Kale and Goat Cheese Frittata

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Yes, frittatas are often enjoyed at brunch time. But chopped curly kale and fresh dill make this version perfectly suitable for dinner—and if there are any leftovers, you can enjoy them for breakfast. When you’re whipping it up, don’t skip the nonstick skillet, as it’s crucial for easy serving. When you do go to serve, remember not to use a knife on your nonstick surface. If possible, scoop portions out with a big spoon (preferably rubber). This dish lasts for up to three days when it’s wrapped tightly in plastic wrap, just be sure to cool it off completely before sticking it in the refrigerator.

Kale and Goat Cheese Frittata
Photo: Greg DuPree
Hands On Time:
20 mins
Total Time:
30 mins
Yield:
4

Ingredients

  • 1 tablespoon extra-virgin olive oil

  • 1 cup chopped yellow onion (from 1 medium onion)

  • 4 cups chopped curly kale (about 3½ oz.)

  • 10 large eggs

  • ½ cup whole milk

  • 2 tablespoons Dijon mustard

  • 1 ¼ teaspoons kosher salt

  • ½ teaspoon black pepper

  • 4 ounce (1 cup) goat cheese, crumbled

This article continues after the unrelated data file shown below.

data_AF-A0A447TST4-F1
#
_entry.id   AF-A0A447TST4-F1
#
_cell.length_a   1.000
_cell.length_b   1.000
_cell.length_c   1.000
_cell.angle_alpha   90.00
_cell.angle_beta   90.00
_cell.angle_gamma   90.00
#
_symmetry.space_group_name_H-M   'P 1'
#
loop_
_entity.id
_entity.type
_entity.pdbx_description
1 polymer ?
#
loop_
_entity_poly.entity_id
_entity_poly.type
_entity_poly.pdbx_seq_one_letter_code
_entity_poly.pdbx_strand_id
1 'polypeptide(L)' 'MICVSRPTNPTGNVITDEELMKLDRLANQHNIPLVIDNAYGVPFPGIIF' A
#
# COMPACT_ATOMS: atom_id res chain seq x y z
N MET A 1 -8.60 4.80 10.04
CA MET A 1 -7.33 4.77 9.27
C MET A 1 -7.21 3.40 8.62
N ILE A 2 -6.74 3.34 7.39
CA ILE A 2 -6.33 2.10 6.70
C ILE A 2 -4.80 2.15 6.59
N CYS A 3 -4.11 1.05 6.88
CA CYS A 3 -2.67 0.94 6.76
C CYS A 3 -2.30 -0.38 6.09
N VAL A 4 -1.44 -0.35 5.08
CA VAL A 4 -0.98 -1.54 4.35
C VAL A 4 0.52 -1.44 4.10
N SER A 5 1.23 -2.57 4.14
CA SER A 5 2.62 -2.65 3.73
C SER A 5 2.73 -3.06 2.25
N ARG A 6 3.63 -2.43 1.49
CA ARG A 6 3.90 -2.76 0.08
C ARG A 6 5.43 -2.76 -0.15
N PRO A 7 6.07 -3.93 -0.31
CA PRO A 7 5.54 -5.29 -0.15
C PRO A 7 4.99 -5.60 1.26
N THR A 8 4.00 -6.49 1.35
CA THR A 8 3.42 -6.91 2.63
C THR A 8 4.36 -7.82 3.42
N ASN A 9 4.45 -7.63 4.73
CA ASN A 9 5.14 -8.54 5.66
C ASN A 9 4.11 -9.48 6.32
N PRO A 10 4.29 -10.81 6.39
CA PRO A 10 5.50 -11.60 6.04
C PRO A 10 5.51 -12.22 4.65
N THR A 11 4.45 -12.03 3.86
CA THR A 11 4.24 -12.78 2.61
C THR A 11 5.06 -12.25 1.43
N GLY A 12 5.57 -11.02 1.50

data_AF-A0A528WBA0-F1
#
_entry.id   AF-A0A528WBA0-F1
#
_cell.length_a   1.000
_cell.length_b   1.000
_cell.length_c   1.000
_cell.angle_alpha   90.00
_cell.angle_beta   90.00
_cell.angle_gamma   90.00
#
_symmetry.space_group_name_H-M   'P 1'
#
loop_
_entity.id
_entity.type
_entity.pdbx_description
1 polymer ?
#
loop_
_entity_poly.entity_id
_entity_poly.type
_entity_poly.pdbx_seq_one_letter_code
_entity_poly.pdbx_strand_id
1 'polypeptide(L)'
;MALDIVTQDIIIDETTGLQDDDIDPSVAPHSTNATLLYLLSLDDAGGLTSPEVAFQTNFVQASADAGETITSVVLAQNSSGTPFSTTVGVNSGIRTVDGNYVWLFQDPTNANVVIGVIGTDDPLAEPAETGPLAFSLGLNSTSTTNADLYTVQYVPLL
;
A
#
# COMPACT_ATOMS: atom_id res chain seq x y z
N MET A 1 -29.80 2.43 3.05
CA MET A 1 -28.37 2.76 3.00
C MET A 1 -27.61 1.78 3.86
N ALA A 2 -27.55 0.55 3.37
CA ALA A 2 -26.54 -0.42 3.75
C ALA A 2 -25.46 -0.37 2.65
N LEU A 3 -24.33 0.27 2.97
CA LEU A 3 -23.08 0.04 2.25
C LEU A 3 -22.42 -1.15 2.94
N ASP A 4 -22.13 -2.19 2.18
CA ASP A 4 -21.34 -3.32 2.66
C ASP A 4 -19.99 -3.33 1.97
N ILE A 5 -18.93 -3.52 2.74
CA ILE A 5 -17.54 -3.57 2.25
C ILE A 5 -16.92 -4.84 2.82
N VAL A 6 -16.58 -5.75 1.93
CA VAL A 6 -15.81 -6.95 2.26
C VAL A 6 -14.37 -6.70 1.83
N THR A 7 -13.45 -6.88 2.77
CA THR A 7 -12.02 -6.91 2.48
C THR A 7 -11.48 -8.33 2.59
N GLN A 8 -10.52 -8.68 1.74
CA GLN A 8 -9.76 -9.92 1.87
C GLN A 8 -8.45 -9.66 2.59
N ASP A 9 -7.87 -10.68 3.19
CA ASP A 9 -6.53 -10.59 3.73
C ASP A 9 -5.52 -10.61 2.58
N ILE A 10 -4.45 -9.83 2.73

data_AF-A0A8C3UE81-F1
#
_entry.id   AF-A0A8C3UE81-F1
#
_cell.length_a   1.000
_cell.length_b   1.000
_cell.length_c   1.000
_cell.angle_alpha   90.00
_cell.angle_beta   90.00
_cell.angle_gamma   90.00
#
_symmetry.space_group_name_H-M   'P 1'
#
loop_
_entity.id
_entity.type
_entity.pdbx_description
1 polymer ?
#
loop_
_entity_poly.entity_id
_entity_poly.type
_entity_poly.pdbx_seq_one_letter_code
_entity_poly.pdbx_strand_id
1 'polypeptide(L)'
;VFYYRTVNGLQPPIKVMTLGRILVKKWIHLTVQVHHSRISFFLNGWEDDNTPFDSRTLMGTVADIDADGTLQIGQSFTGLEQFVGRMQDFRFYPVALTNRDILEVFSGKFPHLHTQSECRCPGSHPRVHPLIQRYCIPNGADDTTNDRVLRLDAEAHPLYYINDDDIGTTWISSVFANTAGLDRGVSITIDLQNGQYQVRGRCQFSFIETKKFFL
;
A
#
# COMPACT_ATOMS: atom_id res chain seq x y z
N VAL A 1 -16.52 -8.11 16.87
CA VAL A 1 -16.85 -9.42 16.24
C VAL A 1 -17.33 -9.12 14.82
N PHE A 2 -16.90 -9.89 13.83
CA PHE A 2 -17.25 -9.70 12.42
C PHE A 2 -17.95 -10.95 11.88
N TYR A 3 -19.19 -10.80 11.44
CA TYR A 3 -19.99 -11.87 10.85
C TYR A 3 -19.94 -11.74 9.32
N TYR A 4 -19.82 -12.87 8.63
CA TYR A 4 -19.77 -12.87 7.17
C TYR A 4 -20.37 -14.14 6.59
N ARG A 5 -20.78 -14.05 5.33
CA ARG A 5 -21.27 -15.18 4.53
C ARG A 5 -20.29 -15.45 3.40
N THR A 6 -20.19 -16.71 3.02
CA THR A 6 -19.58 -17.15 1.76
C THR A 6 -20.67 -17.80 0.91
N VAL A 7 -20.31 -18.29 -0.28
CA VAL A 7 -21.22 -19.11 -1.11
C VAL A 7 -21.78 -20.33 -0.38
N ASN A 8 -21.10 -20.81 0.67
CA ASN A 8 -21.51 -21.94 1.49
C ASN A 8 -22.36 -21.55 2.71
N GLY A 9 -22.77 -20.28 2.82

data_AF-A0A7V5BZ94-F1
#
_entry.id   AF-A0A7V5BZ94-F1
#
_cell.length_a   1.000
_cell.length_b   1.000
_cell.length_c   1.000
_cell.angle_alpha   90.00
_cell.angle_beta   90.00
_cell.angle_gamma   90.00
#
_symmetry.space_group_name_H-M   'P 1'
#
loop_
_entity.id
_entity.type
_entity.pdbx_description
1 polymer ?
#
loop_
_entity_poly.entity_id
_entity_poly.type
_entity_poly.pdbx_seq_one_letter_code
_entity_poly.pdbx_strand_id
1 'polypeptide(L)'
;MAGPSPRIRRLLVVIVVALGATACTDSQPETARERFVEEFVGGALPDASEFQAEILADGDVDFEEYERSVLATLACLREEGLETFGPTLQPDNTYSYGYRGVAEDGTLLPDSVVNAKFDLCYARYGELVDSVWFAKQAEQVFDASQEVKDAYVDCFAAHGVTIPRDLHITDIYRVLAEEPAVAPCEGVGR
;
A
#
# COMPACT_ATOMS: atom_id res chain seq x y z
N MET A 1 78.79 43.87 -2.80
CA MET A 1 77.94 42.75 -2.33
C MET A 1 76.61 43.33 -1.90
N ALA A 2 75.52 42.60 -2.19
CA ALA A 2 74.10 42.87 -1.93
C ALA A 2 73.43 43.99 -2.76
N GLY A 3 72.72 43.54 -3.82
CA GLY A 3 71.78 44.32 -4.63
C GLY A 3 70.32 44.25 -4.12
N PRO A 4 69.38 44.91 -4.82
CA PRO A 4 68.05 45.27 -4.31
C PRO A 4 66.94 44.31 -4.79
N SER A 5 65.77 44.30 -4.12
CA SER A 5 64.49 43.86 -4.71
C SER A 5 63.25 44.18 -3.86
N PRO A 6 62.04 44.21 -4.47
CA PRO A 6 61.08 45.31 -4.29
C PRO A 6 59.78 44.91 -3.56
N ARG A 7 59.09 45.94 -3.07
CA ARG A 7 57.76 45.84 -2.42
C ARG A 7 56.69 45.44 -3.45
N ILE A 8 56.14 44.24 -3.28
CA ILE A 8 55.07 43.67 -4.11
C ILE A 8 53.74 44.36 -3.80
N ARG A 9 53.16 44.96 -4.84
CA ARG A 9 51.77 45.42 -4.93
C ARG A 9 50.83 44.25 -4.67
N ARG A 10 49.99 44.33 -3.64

• 1 tablespoon fresh dill leaves

Directions

  1. Preheat oven to 400°F with the rack in the upper third of oven. Heat the oil in a 10-inch ovenproof nonstick skillet over medium-high. Add the onion; cook, stirring often, until soft and beginning to brown, about 6 minutes. Add the kale; cook, stirring often, until slightly softened, about 2 minutes. Reduce heat to medium.

  2. Whisk together the eggs, milk, mustard, salt, and pepper in a large bowl; pour over the vegetables in the skillet. Cook until the edges are just beginning to set, about 1 minute. Top evenly with the cheese. Bake in oven until set, 15 to 20 minutes. Top with the dill.

Nutrition Facts (per serving)

363 Calories
25g Fat
8g Carbs
24g Protein
Nutrition Facts
Calories 363
% Daily Value *
Total Fat 25g 32%
Cholesterol 491mg 164%
Sodium 1096mg 48%
Total Carbohydrate 8g 3%
Total Sugars 4g
Protein 24g
Calcium 224mg 17%
Iron 3mg 17%

*The % Daily Value (DV) tells you how much a nutrient in a food serving contributes to a daily diet. 2,000 calories a day is used for general nutrition advice.

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